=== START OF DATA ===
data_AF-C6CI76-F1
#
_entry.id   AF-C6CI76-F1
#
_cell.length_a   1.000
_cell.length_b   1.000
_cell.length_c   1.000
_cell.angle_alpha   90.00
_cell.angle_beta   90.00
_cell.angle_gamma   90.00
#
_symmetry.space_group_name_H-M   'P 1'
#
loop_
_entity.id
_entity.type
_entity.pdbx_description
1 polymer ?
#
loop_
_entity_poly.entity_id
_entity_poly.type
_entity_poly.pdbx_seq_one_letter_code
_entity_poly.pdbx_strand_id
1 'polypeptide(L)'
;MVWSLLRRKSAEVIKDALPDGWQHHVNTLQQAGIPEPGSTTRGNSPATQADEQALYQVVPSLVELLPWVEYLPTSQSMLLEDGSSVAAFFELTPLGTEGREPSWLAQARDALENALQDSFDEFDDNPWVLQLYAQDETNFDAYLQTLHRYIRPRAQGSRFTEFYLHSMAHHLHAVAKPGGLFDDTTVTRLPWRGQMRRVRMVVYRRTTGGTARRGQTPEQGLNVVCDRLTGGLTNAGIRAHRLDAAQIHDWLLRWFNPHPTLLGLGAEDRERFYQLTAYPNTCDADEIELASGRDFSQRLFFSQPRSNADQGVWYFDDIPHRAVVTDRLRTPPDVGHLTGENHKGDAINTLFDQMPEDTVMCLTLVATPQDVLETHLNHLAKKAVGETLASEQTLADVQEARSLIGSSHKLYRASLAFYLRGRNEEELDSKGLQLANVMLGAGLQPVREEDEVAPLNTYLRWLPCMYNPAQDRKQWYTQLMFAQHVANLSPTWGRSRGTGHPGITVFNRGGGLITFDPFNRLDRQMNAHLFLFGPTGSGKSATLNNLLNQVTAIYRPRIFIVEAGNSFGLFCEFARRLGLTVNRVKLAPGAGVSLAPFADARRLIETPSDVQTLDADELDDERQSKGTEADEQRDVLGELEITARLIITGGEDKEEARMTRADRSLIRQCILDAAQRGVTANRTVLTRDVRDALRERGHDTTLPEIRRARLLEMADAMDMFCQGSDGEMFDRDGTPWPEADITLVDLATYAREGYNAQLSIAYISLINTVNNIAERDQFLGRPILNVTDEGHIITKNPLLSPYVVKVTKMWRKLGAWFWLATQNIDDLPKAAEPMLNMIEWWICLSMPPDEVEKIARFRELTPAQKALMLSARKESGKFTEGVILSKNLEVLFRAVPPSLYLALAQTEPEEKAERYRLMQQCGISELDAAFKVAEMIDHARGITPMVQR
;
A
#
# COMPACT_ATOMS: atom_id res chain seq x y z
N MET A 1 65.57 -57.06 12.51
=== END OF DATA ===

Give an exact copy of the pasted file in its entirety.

data_AF-C6CI76-F1
#
_entry.id   AF-C6CI76-F1
#
_cell.length_a   1.000
_cell.length_b   1.000
_cell.length_c   1.000
_cell.angle_alpha   90.00
_cell.angle_beta   90.00
_cell.angle_gamma   90.00
#
_symmetry.space_group_name_H-M   'P 1'
#
loop_
_entity.id
_entity.type
_entity.pdbx_description
1 polymer ?
#
loop_
_entity_poly.entity_id
_entity_poly.type
_entity_poly.pdbx_seq_one_letter_code
_entity_poly.pdbx_strand_id
1 'polypeptide(L)'
;MVWSLLRRKSAEVIKDALPDGWQHHVNTLQQAGIPEPGSTTRGNSPATQADEQALYQVVPSLVELLPWVEYLPTSQSMLLEDGSSVAAFFELTPLGTEGREPSWLAQARDALENALQDSFDEFDDNPWVLQLYAQDETNFDAYLQTLHRYIRPRAQGSRFTEFYLHSMAHHLHAVAKPGGLFDDTTVTRLPWRGQMRRVRMVVYRRTTGGTARRGQTPEQGLNVVCDRLTGGLTNAGIRAHRLDAAQIHDWLLRWFNPHPTLLGLGAEDRERFYQLTAYPNTCDADEIELASGRDFSQRLFFSQPRSNADQGVWYFDDIPHRAVVTDRLRTPPDVGHLTGENHKGDAINTLFDQMPEDTVMCLTLVATPQDVLETHLNHLAKKAVGETLASEQTLADVQEARSLIGSSHKLYRASLAFYLRGRNEEELDSKGLQLANVMLGAGLQPVREEDEVAPLNTYLRWLPCMYNPAQDRKQWYTQLMFAQHVANLSPTWGRSRGTGHPGITVFNRGGGLITFDPFNRLDRQMNAHLFLFGPTGSGKSATLNNLLNQVTAIYRPRIFIVEAGNSFGLFCEFARRLGLTVNRVKLAPGAGVSLAPFADARRLIETPSDVQTLDADELDDERQSKGTEADEQRDVLGELEITARLIITGGEDKEEARMTRADRSLIRQCILDAAQRGVTANRTVLTRDVRDALRERGHDTTLPEIRRARLLEMADAMDMFCQGSDGEMFDRDGTPWPEADITLVDLATYAREGYNAQLSIAYISLINTVNNIAERDQFLGRPILNVTDEGHIITKNPLLSPYVVKVTKMWRKLGAWFWLATQNIDDLPKAAEPMLNMIEWWICLSMPPDEVEKIARFRELTPAQKALMLSARKESGKFTEGVILSKNLEVLFRAVPPSLYLALAQTEPEEKAERYRLMQQCGISELDAAFKVAEMIDHARGITPMVQR
;
A
#
# COMPACT_ATOMS: atom_id res chain seq x y z
N MET A 1 65.57 -57.06 12.51